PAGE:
Nevertheless, by the mid-seventh century, the Roman church had come to realise the value of uniformity and of a universal church ruled from Rome and felt that the existence of a powerful group of Christians who did not acknowledge papal supremacy could no longer be tolerated Already, too, some in the Celtic church were beginning to realise that they could not ignore indefinitely the benefits of closer linkage with Rome and an emergence from their isolation.In addition, Roman practices were steadily advancing northwards as a result of the activities of Augustine of Canterbury. In 633, the southern Irish had accepted the Roman method for calculating Easter while these practices were often introduced into the Celtic sphere of influence as a result of trade, travel and exile. A prime example of this was the wife of King Oswiu, Eanfled, who had been removed to Kent during the reign of Oswald but returned on her marriage to Oswiu with her Roman entourage and customs. This precipitated a crisis at court where it became necessary to celebrate Easter twice at different times. By this time, the saintly Aidan was dead and, without the constraint of his presence, it seemed appropriate to resolve this anomaly by means of a Synod at which advocates of both persuasions would argue the case before the king after which he would rule on the issue. The occasion was the Synod of Whitby in 664 (or 663 according to Stenton chronology).
Bede’s account of the proceedings at Whitby suggest a stylised and highly civilised debate which is not altogether convincing given the controversial nature of the issues and the heat which such matters could generate. One has only to study the records of debates involving Martin Luther at the time of the Reformation to discern the passion and polemic that they could engender. At Whitby, the Celtic persuasion was represented by king Oswiu, bishop Cedd of the East Saxons, the Abbess Hild at whose monastery at Streanaeshalch the meeting was held and Colman, bishop of Lindisfarne who acted as their spokesman. The Roman party comprised Alchfrith son of Oswiu and sub-king of Deira, Agilberht , bishop of the West Saxons, James the Deacon and Wilfrid of Ripon who was then ruling a monastic community at Ripon. Alchfrith’s motives in playing a prominent role in the summons of the synod are not touched upon but it is, perhaps, legitimate to speculate that he wished to enhance his power within the kingdom and considered that closer links with Rome and the patronage of the ambitious Wilfrid would forward his ambitions.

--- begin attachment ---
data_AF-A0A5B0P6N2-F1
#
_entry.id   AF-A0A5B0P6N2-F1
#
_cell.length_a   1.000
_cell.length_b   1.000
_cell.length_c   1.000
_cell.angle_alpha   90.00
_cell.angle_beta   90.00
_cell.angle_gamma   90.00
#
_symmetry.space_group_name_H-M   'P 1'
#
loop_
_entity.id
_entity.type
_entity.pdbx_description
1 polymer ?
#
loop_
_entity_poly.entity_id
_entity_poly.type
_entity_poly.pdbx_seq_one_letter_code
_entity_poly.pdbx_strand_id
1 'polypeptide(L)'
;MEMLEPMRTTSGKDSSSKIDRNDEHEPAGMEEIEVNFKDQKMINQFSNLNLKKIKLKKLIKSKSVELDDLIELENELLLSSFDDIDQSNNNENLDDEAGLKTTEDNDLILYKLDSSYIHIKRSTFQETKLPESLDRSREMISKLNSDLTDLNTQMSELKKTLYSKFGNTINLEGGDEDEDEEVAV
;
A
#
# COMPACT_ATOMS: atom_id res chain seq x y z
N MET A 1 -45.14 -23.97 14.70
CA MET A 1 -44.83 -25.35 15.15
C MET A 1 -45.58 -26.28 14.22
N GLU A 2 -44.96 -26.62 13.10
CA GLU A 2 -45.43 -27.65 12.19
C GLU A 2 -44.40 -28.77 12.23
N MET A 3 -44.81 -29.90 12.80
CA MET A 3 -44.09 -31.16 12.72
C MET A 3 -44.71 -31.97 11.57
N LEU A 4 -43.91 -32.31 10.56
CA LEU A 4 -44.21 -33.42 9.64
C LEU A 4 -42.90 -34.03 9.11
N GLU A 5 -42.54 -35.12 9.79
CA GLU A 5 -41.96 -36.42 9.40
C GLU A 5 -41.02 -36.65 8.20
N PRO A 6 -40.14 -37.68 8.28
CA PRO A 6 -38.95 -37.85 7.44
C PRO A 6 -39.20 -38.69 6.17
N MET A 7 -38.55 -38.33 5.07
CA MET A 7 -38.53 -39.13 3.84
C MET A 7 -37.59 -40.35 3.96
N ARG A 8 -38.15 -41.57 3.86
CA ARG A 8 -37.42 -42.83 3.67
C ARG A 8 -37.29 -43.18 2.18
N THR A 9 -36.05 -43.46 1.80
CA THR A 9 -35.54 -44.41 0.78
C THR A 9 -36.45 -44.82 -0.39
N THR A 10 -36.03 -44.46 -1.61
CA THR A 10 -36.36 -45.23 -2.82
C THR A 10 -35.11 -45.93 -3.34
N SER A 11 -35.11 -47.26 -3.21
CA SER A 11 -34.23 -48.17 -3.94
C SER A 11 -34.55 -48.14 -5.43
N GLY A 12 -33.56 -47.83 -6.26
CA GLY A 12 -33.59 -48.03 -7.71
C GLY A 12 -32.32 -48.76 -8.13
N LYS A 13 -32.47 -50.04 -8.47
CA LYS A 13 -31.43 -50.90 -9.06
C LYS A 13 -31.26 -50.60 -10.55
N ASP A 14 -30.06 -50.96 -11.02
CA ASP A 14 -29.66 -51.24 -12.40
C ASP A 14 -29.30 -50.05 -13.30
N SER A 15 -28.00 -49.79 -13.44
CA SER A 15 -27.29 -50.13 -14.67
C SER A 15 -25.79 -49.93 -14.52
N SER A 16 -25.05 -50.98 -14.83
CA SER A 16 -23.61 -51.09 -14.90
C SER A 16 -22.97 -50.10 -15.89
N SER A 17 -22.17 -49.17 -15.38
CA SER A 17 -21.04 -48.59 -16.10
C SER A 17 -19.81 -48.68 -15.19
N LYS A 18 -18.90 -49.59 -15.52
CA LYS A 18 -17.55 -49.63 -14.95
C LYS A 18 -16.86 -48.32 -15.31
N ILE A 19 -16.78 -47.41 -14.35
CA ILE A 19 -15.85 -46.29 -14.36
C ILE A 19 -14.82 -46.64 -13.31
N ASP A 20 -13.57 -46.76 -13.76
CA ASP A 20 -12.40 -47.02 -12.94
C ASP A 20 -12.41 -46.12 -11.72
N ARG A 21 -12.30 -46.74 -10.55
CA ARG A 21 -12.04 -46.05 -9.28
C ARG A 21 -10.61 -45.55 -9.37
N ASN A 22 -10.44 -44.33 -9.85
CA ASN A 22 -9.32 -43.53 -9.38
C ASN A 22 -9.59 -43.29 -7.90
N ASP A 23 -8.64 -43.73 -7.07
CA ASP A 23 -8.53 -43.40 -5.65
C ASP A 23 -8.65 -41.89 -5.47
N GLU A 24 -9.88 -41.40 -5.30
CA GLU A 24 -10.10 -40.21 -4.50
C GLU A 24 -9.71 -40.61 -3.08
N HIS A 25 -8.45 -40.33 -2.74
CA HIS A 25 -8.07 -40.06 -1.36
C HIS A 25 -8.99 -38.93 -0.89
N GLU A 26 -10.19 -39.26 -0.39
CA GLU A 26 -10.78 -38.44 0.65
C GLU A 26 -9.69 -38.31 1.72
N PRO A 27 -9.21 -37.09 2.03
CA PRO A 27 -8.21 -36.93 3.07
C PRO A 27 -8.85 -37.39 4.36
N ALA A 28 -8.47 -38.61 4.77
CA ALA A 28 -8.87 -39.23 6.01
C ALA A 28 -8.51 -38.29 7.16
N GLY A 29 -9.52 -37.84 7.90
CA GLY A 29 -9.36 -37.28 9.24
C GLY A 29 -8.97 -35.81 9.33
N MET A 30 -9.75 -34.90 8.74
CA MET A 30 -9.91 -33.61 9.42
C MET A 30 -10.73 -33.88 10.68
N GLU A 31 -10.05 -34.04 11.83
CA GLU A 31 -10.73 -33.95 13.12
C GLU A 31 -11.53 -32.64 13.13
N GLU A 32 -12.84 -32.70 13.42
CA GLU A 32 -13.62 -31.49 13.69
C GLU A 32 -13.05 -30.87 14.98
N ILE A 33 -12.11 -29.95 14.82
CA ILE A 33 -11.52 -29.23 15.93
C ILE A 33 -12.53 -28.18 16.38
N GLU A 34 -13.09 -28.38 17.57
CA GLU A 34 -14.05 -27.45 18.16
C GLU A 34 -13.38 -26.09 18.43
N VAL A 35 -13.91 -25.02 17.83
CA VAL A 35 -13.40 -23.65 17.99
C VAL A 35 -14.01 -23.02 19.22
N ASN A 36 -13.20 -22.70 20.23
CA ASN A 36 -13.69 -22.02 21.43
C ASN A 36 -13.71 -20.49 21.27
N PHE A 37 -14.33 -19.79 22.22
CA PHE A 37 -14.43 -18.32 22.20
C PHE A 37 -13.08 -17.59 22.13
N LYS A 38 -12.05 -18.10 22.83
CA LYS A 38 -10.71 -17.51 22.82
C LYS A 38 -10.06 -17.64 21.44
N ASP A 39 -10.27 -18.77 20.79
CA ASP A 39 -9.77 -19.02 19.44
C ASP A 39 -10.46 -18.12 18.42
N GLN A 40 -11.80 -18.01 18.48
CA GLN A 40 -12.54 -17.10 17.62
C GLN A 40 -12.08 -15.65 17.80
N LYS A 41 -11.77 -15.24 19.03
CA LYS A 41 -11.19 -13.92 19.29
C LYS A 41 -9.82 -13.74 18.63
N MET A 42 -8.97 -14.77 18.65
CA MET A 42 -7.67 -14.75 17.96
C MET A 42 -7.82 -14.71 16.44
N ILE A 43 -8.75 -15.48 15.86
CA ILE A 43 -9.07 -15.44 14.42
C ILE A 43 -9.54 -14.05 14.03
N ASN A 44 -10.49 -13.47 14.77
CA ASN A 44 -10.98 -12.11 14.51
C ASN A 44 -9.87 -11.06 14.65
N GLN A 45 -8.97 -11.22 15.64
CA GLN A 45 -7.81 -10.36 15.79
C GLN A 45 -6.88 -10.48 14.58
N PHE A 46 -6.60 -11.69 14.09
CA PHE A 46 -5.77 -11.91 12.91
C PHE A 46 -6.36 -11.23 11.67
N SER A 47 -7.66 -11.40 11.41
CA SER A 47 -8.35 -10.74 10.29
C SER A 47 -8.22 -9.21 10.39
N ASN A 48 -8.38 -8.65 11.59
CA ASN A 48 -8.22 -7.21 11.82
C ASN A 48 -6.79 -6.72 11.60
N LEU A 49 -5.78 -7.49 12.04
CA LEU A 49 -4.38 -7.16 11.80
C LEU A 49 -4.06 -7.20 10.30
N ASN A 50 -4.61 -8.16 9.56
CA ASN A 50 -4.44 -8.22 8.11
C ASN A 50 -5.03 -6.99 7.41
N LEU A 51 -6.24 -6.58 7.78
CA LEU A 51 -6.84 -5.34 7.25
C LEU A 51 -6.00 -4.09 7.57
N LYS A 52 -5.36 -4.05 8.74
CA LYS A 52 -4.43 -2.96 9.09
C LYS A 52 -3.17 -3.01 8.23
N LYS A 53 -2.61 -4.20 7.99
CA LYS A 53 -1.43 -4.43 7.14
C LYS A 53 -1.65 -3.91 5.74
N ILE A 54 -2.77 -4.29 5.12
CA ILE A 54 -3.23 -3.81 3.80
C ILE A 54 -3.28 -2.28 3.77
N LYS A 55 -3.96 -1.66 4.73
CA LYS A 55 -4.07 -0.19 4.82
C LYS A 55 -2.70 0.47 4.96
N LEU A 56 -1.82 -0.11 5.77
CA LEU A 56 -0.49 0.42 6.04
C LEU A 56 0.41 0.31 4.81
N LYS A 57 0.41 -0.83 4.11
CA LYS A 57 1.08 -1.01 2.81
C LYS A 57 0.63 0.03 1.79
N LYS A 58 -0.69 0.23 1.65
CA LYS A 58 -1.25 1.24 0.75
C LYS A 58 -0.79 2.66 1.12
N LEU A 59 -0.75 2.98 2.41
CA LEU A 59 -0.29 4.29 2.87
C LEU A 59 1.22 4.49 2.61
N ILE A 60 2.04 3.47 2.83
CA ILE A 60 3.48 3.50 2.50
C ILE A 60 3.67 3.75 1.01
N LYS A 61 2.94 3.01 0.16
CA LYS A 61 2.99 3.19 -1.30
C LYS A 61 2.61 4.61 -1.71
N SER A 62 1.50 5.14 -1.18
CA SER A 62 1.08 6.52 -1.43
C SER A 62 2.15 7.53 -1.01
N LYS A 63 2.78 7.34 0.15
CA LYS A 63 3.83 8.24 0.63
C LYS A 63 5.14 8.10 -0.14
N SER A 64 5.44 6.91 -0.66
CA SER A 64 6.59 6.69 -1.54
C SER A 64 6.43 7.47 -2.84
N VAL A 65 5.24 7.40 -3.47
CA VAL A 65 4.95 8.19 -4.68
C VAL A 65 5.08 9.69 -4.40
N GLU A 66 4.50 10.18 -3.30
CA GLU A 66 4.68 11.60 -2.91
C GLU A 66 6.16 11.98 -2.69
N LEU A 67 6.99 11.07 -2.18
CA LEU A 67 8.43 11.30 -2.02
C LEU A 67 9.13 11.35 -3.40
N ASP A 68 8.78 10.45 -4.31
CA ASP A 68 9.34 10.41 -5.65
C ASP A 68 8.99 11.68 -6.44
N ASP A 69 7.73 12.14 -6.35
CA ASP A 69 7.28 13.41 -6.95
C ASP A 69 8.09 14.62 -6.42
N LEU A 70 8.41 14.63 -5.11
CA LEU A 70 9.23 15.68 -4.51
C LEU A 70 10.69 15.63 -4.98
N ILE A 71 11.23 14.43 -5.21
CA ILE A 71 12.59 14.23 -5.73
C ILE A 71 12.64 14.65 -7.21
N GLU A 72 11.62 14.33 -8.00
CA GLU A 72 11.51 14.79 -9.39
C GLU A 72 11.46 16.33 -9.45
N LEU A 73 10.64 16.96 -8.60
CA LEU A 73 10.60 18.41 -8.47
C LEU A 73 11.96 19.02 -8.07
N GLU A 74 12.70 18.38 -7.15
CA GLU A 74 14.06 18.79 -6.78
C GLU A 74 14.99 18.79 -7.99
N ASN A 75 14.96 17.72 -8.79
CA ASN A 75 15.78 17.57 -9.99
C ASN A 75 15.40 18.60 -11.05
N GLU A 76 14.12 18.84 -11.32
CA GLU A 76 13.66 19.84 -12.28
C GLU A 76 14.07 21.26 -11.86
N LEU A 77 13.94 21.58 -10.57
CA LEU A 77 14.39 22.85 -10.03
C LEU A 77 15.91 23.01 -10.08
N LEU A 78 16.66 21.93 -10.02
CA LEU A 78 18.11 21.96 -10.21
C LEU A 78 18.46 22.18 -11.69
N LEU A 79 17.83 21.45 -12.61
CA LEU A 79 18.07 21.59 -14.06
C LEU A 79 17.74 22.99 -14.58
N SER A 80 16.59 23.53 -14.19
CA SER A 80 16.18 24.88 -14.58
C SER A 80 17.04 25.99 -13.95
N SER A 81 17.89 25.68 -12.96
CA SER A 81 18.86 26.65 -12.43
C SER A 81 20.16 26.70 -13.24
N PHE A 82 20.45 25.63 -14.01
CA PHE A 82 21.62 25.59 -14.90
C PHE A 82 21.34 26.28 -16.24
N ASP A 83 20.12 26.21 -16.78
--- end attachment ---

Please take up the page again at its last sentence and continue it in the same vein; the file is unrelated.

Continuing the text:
In the course of the debate as contained in Bede’s historical narrative, the two principal advocates, Colman and Wilfrid, both argued forcefully that their method of calculating Easter was based upon worthy precedent. According to Colman, the Celtic practice could be traced back to the apostle John to which Wilfrid retorted that the Roman practice had been handed down by both Peter and Paul and had been followed from the outset by their churches. He also argued that, even if it were the case that John had used the Celtic practice, this would have been only a provisional dispensation to suit a particular congregation at a particular period in the evolution of the church. From the historical perspective, it is quite clear that both practices had co-existed for some centuries but that the tide was already turning in favour of the Roman method. The calculation of Easter involved a complicated system intended to reconcile the solar and lunar years by means of a cycle of years. At various times, cycles of 8, 11, 19 and 84 years had been used for this purpose and it seems probable that the tables based upon an 84-year cycle had been brought to Britain by Celtic bishops who had attended the Council of Arles in 314. In 455, Rome accepted and ordered the use of the 19 year cycle as advocated by Victorius of Acquitaine and this was implemented by those parts of England controlled by Canterbury and, after 633, by the southern Irish. Clearly, by the time of the Synod, there was absolutely no possibility that the Celtic tradition could supplant the Roman within the wider church and this was underlined by Wilfrid in the speech attributed to him when he stressed the folly of resisting the authority of St.Peter and refusing to follow the example of all the rest of Christendom. Although Bede states that the only point at issue in the Synod was date of celebrating Easter (and the tonsure issue), the fact that he records Wilfrid as emphasising this wider context and significance, suggests that he was fully aware of the implications of any decision on the Celtic branch of the church. Wilfrid’s ‘triumph’ was based upon two main points: firstly, he referred to contemporary practice and pointed out that even the followers of the apostle John now celebrated Easter according to the Roman fashion and, secondly, he rebutted Colman’s question as to how such holy men as Columba and Anatolius could have erred so greatly as claimed over the Easter dating by stating that Peter, as the rock on which the church is built and the keeper of the keys, must be a superior authority. Oswiu reportedly turned to Colman and asked whether he could say properly attribute any similar authority to Columba; Colman’s ‘nihil’ was conclusive and Oswiu ruled in favour of the Roman practice saying that he would not risk a hostile reception from Peter himself at the gates of heaven. After a brief visit to Lindisfarne to bid farewell to his community, Colman and his fellow monks returned to Ireland where they could still practice their religion according to their preference. The ‘Roman’ victory was complete.